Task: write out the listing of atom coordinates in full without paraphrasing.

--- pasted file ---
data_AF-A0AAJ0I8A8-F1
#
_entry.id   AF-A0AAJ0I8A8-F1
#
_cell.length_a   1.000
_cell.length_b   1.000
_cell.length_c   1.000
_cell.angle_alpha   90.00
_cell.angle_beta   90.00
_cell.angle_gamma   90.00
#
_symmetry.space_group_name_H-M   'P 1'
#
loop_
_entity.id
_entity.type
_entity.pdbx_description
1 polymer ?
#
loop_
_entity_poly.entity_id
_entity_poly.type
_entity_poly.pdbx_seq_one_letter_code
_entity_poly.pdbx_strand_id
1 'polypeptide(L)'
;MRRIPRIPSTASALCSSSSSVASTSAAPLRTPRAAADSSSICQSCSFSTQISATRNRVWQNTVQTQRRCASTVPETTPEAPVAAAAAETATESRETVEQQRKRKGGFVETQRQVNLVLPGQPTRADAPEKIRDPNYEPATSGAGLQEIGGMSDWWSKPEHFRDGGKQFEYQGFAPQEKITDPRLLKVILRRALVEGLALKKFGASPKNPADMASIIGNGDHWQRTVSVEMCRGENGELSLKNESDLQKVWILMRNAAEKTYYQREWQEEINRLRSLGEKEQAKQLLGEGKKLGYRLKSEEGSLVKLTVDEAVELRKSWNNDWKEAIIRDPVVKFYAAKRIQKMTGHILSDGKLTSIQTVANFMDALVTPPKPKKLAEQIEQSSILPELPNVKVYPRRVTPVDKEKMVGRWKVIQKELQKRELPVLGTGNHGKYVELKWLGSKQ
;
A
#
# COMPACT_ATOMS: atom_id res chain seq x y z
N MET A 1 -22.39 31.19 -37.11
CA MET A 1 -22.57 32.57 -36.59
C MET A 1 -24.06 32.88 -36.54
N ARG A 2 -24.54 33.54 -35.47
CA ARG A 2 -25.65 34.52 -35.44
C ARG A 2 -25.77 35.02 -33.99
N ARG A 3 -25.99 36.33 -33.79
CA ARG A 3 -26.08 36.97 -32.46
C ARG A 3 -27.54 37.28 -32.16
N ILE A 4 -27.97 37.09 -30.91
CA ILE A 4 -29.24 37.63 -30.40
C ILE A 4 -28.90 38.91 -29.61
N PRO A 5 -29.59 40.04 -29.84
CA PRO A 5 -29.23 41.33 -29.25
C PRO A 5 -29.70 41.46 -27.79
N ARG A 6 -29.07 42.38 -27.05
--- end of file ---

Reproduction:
data_AF-A0AAJ0I8A8-F1
#
_entry.id   AF-A0AAJ0I8A8-F1
#
_cell.length_a   1.000
_cell.length_b   1.000
_cell.length_c   1.000
_cell.angle_alpha   90.00
_cell.angle_beta   90.00
_cell.angle_gamma   90.00
#
_symmetry.space_group_name_H-M   'P 1'
#
loop_
_entity.id
_entity.type
_entity.pdbx_description
1 polymer ?
#
loop_
_entity_poly.entity_id
_entity_poly.type
_entity_poly.pdbx_seq_one_letter_code
_entity_poly.pdbx_strand_id
1 'polypeptide(L)'
;MRRIPRIPSTASALCSSSSSVASTSAAPLRTPRAAADSSSICQSCSFSTQISATRNRVWQNTVQTQRRCASTVPETTPEAPVAAAAAETATESRETVEQQRKRKGGFVETQRQVNLVLPGQPTRADAPEKIRDPNYEPATSGAGLQEIGGMSDWWSKPEHFRDGGKQFEYQGFAPQEKITDPRLLKVILRRALVEGLALKKFGASPKNPADMASIIGNGDHWQRTVSVEMCRGENGELSLKNESDLQKVWILMRNAAEKTYYQREWQEEINRLRSLGEKEQAKQLLGEGKKLGYRLKSEEGSLVKLTVDEAVELRKSWNNDWKEAIIRDPVVKFYAAKRIQKMTGHILSDGKLTSIQTVANFMDALVTPPKPKKLAEQIEQSSILPELPNVKVYPRRVTPVDKEKMVGRWKVIQKELQKRELPVLGTGNHGKYVELKWLGSKQ
;
A
#
# COMPACT_ATOMS: atom_id res chain seq x y z
N MET A 1 -22.39 31.19 -37.11
CA MET A 1 -22.57 32.57 -36.59
C MET A 1 -24.06 32.88 -36.54
N ARG A 2 -24.54 33.54 -35.47
CA ARG A 2 -25.65 34.52 -35.44
C ARG A 2 -25.77 35.02 -33.99
N ARG A 3 -25.99 36.33 -33.79
CA ARG A 3 -26.08 36.97 -32.46
C ARG A 3 -27.54 37.28 -32.16
N ILE A 4 -27.97 37.09 -30.91
CA ILE A 4 -29.24 37.63 -30.40
C ILE A 4 -28.90 38.91 -29.61
N PRO A 5 -29.59 40.04 -29.84
CA PRO A 5 -29.23 41.33 -29.25
C PRO A 5 -29.70 41.46 -27.79
N ARG A 6 -29.07 42.38 -27.05